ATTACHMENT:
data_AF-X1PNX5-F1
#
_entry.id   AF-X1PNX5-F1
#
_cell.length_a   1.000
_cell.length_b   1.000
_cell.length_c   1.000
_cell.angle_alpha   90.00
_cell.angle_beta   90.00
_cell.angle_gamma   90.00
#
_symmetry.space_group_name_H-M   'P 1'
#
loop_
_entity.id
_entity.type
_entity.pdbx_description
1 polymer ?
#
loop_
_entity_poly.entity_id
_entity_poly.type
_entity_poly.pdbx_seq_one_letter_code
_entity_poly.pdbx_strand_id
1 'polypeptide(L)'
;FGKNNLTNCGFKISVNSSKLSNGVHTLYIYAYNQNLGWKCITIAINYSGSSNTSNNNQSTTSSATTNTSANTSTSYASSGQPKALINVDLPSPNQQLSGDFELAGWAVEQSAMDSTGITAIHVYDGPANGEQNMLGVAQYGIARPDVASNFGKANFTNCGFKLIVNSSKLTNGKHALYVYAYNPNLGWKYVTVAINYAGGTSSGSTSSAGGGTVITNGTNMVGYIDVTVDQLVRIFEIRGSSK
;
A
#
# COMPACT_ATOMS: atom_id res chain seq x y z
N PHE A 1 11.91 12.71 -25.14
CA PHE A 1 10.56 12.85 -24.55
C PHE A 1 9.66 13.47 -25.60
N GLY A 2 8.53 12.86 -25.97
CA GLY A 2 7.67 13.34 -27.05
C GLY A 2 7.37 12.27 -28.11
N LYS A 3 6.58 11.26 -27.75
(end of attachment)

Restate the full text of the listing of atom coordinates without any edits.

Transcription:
data_AF-X1PNX5-F1
#
_entry.id   AF-X1PNX5-F1
#
_cell.length_a   1.000
_cell.length_b   1.000
_cell.length_c   1.000
_cell.angle_alpha   90.00
_cell.angle_beta   90.00
_cell.angle_gamma   90.00
#
_symmetry.space_group_name_H-M   'P 1'
#
loop_
_entity.id
_entity.type
_entity.pdbx_description
1 polymer ?
#
loop_
_entity_poly.entity_id
_entity_poly.type
_entity_poly.pdbx_seq_one_letter_code
_entity_poly.pdbx_strand_id
1 'polypeptide(L)'
;FGKNNLTNCGFKISVNSSKLSNGVHTLYIYAYNQNLGWKCITIAINYSGSSNTSNNNQSTTSSATTNTSANTSTSYASSGQPKALINVDLPSPNQQLSGDFELAGWAVEQSAMDSTGITAIHVYDGPANGEQNMLGVAQYGIARPDVASNFGKANFTNCGFKLIVNSSKLTNGKHALYVYAYNPNLGWKYVTVAINYAGGTSSGSTSSAGGGTVITNGTNMVGYIDVTVDQLVRIFEIRGSSK
;
A
#
# COMPACT_ATOMS: atom_id res chain seq x y z
N PHE A 1 11.91 12.71 -25.14
CA PHE A 1 10.56 12.85 -24.55
C PHE A 1 9.66 13.47 -25.60
N GLY A 2 8.53 12.86 -25.97
CA GLY A 2 7.67 13.34 -27.05
C GLY A 2 7.37 12.27 -28.11
N LYS A 3 6.58 11.26 -27.75